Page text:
that the injuries and attrition all fall on Rodriguez's head, because if you don't, I think the offense has vastly improved and a majority of the defenses problems can be attributed to Warren, Turner and Woolfolk not being here.
even Gerg does better next year with more depth and experience and (maybe) having figured out the 3-3-5 RichRod's telling him to run. If the players are getting YET ANOTHER system, however, anticipate some regression.
Is it true, btw, that Gerg's wife and RichRod's are best buds? You have to wonder what the personal issues are, bubbling beneath the personnel issues. . .
Also true that a point of no return comes for the coach because of the forces aligned against him, whether paranoid, stoopid or not. But it is just so f'ing critical to remember--and I'm sure Brandon does--that Coach X coming in brings NO guarantee of wins. Nor--beyond the THEORETICAL HARBAUGH--does s/he even bring a promise Mr. Fickle Alumnut LIKES her/him. (Okay, a female coach is unlikely.)
(Not only this but Brandon's got a file somewhere in his drawer with a list of coaches likely to be coaxed; his list is better than ours, and any decision he makes--to retain or fire--will be based on his far-better info. Some years someone great is out there, MOST years not. A lot of people here thought Brian Kelly was great, and he is a NIDIOT.)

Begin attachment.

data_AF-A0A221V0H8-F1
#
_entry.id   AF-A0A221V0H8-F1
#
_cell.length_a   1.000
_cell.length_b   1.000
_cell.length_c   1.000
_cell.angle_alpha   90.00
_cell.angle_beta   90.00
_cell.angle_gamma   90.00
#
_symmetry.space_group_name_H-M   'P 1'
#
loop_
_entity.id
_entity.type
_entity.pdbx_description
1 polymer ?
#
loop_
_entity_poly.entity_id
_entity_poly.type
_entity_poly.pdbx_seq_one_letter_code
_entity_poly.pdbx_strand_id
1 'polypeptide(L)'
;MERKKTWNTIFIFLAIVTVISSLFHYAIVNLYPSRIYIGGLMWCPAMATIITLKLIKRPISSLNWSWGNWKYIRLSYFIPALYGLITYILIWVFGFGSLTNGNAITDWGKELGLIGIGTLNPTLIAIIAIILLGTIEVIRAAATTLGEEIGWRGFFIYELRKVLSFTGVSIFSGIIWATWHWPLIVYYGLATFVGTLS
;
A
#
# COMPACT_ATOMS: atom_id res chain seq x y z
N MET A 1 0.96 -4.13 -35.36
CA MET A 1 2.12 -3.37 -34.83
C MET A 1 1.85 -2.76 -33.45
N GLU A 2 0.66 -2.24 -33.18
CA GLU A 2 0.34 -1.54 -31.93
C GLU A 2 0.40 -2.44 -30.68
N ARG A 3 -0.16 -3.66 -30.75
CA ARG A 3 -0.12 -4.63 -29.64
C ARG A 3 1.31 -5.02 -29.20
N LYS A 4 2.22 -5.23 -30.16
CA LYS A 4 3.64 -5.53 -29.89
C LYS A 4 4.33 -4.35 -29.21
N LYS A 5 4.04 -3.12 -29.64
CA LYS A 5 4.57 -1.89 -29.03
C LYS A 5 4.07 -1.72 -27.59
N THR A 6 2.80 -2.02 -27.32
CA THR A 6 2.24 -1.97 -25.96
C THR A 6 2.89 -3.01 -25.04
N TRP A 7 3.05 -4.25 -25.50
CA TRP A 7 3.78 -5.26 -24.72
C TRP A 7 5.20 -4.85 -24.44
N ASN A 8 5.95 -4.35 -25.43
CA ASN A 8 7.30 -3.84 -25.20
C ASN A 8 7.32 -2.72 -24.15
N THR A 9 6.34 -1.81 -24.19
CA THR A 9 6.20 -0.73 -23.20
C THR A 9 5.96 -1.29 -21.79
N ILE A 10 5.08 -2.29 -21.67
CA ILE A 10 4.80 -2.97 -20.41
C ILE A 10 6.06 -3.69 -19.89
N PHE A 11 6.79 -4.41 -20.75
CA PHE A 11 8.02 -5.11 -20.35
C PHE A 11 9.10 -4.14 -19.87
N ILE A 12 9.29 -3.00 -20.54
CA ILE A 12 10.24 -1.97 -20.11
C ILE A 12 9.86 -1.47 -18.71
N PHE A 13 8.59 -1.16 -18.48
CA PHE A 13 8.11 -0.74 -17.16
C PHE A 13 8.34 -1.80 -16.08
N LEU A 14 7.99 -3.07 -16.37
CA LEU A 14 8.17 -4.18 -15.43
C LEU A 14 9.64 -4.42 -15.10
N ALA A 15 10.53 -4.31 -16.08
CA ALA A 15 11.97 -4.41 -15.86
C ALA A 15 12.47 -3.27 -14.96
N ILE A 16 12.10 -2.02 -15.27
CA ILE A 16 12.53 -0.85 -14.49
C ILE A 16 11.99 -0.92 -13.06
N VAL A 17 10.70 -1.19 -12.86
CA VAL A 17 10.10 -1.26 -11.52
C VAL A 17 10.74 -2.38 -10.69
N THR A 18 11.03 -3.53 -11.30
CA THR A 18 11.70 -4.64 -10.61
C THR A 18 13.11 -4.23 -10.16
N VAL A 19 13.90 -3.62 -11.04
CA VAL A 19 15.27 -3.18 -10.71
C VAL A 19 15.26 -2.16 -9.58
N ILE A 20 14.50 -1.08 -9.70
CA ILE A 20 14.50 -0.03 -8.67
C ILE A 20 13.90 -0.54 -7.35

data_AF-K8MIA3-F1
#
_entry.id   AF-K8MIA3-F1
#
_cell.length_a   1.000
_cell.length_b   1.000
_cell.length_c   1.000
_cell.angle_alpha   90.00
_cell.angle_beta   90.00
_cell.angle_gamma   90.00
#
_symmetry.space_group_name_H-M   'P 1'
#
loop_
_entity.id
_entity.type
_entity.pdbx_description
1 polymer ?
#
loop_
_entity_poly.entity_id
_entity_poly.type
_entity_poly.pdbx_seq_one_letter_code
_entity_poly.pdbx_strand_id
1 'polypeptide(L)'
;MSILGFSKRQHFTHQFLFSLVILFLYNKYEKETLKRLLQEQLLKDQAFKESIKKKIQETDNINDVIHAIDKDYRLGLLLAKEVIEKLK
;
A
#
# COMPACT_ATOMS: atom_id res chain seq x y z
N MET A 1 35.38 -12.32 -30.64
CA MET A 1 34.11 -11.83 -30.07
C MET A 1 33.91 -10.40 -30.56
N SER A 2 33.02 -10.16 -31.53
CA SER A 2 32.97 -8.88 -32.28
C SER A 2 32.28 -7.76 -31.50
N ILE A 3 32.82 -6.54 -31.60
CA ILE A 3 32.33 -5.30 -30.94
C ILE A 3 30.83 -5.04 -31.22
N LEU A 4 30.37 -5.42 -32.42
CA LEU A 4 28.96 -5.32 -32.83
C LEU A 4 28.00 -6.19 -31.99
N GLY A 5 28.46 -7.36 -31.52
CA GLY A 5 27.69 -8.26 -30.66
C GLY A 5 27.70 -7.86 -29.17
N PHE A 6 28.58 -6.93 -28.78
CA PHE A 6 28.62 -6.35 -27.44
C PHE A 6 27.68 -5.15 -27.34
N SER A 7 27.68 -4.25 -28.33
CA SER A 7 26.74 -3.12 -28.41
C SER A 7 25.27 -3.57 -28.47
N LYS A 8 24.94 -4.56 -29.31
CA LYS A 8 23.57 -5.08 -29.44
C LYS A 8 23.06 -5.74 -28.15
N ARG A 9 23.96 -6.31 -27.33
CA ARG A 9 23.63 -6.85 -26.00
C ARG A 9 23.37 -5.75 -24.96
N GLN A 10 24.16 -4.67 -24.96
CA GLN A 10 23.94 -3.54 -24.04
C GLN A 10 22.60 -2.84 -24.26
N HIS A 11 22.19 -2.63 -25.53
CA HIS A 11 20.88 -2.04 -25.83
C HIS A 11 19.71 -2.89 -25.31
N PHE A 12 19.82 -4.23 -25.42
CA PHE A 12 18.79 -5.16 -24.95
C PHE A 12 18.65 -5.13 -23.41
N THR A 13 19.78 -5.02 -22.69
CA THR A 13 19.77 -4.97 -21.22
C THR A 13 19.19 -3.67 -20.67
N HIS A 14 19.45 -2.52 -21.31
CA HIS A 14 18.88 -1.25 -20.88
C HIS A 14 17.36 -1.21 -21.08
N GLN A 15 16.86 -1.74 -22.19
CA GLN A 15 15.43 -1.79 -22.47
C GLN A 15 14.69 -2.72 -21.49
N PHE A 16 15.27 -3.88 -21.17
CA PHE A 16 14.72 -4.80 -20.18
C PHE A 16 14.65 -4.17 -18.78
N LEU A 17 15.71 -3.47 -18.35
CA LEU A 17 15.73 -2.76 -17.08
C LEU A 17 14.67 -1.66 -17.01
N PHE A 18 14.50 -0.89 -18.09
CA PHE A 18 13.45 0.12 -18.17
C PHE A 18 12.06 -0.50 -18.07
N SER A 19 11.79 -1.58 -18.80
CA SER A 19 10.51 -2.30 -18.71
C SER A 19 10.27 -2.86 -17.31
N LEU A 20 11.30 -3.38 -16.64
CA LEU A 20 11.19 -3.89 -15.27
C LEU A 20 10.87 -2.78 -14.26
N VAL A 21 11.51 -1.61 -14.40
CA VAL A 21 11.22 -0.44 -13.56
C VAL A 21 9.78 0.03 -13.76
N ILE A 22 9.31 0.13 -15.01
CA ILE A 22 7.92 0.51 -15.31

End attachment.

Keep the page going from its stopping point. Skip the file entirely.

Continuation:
[Here's the link to a story at SB Nation called "Rich Rodriguez Kept Scissor Lift Low Due to High Winds on Same Day": http://detroit.sbnation.com/michigan-wolverines/2010/11/2/1789668/rich-rodriguez-kept-scissor-lift-low-due-to-high-winds-on-same-day. Good luck, Mr. Kelly]
THE GREAT PROGRAMS WERE BUILT ON A FOUNDATION OF STABILITY. Throw that out and you get. . . Notre Dame. Possibly lose another year, I say, in hopes of not losing another ten.
consistently bad seasons do not create a great program, they create Eastern Michigan.
If they play the last four games the way they've played the last three, we have to ask ourselves which is more likely:
A coach that has gone 4-20 in three years in conference will find a way to get us to 6-2 in conference every year OR
A coach that has gone 4-20 in three years will continue to go 2-6 every year?
past results are not necessarily a predictor of future success. Not only that, but your "past" is anhistorical. Go look up the Ws and Ls, year to year, for the great programs. You'll find they all had fallow periods.
True that history isn't the only indicator of what might unfold, but is certainly an indicator, and is often one of the best. Yes all great programs have gone through rough times, but their resurgence is usually brought about by a change in coaching regiemes.